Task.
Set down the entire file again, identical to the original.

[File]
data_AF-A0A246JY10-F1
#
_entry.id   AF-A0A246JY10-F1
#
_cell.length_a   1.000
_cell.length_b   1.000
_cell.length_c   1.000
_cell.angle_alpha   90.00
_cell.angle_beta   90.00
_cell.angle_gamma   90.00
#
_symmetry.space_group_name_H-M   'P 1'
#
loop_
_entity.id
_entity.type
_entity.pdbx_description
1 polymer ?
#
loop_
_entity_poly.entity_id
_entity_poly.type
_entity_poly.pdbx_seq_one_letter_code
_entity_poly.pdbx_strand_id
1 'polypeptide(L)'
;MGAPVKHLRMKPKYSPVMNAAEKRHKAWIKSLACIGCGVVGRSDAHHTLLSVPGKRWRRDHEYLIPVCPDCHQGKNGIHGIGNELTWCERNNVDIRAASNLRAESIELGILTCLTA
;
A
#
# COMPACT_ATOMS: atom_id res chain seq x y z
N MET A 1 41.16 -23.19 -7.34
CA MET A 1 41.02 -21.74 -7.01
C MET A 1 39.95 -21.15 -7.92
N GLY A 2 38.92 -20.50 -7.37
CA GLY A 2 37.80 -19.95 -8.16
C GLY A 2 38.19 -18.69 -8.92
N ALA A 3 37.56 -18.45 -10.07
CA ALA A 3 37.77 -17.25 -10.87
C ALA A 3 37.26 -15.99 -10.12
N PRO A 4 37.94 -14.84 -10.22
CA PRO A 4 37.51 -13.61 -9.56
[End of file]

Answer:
data_AF-A0A246JY10-F1
#
_entry.id   AF-A0A246JY10-F1
#
_cell.length_a   1.000
_cell.length_b   1.000
_cell.length_c   1.000
_cell.angle_alpha   90.00
_cell.angle_beta   90.00
_cell.angle_gamma   90.00
#
_symmetry.space_group_name_H-M   'P 1'
#
loop_
_entity.id
_entity.type
_entity.pdbx_description
1 polymer ?
#
loop_
_entity_poly.entity_id
_entity_poly.type
_entity_poly.pdbx_seq_one_letter_code
_entity_poly.pdbx_strand_id
1 'polypeptide(L)'
;MGAPVKHLRMKPKYSPVMNAAEKRHKAWIKSLACIGCGVVGRSDAHHTLLSVPGKRWRRDHEYLIPVCPDCHQGKNGIHGIGNELTWCERNNVDIRAASNLRAESIELGILTCLTA
;
A
#
# COMPACT_ATOMS: atom_id res chain seq x y z
N MET A 1 41.16 -23.19 -7.34
CA MET A 1 41.02 -21.74 -7.01
C MET A 1 39.95 -21.15 -7.92
N GLY A 2 38.92 -20.50 -7.37
CA GLY A 2 37.80 -19.95 -8.16
C GLY A 2 38.19 -18.69 -8.92
N ALA A 3 37.56 -18.45 -10.07
CA ALA A 3 37.77 -17.25 -10.87
C ALA A 3 37.26 -15.99 -10.12
N PRO A 4 37.94 -14.84 -10.22
CA PRO A 4 37.51 -13.61 -9.56